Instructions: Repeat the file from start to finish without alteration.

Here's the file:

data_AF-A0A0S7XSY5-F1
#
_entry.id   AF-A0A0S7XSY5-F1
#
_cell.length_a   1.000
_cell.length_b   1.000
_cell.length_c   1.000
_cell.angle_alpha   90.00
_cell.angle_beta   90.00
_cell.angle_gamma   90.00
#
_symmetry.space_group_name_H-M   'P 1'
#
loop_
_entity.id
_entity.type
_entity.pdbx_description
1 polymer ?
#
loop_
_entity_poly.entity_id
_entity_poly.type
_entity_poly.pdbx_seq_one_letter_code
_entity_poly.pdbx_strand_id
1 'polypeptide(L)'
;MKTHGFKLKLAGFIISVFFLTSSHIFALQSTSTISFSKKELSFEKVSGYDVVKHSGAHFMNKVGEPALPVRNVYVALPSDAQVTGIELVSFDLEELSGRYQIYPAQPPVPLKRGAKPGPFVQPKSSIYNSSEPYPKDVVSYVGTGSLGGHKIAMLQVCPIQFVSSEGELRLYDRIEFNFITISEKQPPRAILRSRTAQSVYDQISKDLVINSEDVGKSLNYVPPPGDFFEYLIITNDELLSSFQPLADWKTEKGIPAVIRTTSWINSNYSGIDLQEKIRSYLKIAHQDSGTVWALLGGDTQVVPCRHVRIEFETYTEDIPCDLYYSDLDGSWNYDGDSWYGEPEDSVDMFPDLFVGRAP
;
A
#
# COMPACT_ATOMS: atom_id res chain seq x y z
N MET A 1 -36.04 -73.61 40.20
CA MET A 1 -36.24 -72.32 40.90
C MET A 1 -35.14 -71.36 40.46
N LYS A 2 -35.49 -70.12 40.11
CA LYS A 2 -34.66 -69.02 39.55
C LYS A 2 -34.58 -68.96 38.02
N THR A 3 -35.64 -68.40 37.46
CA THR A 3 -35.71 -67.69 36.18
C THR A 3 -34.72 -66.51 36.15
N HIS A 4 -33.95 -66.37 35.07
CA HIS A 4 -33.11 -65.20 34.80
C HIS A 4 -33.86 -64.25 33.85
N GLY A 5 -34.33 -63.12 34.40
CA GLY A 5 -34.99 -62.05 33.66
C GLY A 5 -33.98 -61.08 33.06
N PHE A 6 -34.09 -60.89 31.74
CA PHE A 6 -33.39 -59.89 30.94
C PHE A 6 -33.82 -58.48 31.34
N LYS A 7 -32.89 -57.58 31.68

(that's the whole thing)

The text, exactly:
data_AF-A0A0S7XSY5-F1
#
_entry.id   AF-A0A0S7XSY5-F1
#
_cell.length_a   1.000
_cell.length_b   1.000
_cell.length_c   1.000
_cell.angle_alpha   90.00
_cell.angle_beta   90.00
_cell.angle_gamma   90.00
#
_symmetry.space_group_name_H-M   'P 1'
#
loop_
_entity.id
_entity.type
_entity.pdbx_description
1 polymer ?
#
loop_
_entity_poly.entity_id
_entity_poly.type
_entity_poly.pdbx_seq_one_letter_code
_entity_poly.pdbx_strand_id
1 'polypeptide(L)'
;MKTHGFKLKLAGFIISVFFLTSSHIFALQSTSTISFSKKELSFEKVSGYDVVKHSGAHFMNKVGEPALPVRNVYVALPSDAQVTGIELVSFDLEELSGRYQIYPAQPPVPLKRGAKPGPFVQPKSSIYNSSEPYPKDVVSYVGTGSLGGHKIAMLQVCPIQFVSSEGELRLYDRIEFNFITISEKQPPRAILRSRTAQSVYDQISKDLVINSEDVGKSLNYVPPPGDFFEYLIITNDELLSSFQPLADWKTEKGIPAVIRTTSWINSNYSGIDLQEKIRSYLKIAHQDSGTVWALLGGDTQVVPCRHVRIEFETYTEDIPCDLYYSDLDGSWNYDGDSWYGEPEDSVDMFPDLFVGRAP
;
A
#
# COMPACT_ATOMS: atom_id res chain seq x y z
N MET A 1 -36.04 -73.61 40.20
CA MET A 1 -36.24 -72.32 40.90
C MET A 1 -35.14 -71.36 40.46
N LYS A 2 -35.49 -70.12 40.11
CA LYS A 2 -34.66 -69.02 39.55
C LYS A 2 -34.58 -68.96 38.02
N THR A 3 -35.64 -68.40 37.46
CA THR A 3 -35.71 -67.69 36.18
C THR A 3 -34.72 -66.51 36.15
N HIS A 4 -33.95 -66.37 35.07
CA HIS A 4 -33.11 -65.20 34.80
C HIS A 4 -33.86 -64.25 33.85
N GLY A 5 -34.33 -63.12 34.40
CA GLY A 5 -34.99 -62.05 33.66
C GLY A 5 -33.98 -61.08 33.06
N PHE A 6 -34.09 -60.89 31.74
CA PHE A 6 -33.39 -59.89 30.94
C PHE A 6 -33.82 -58.48 31.34
N LYS A 7 -32.89 -57.58 31.68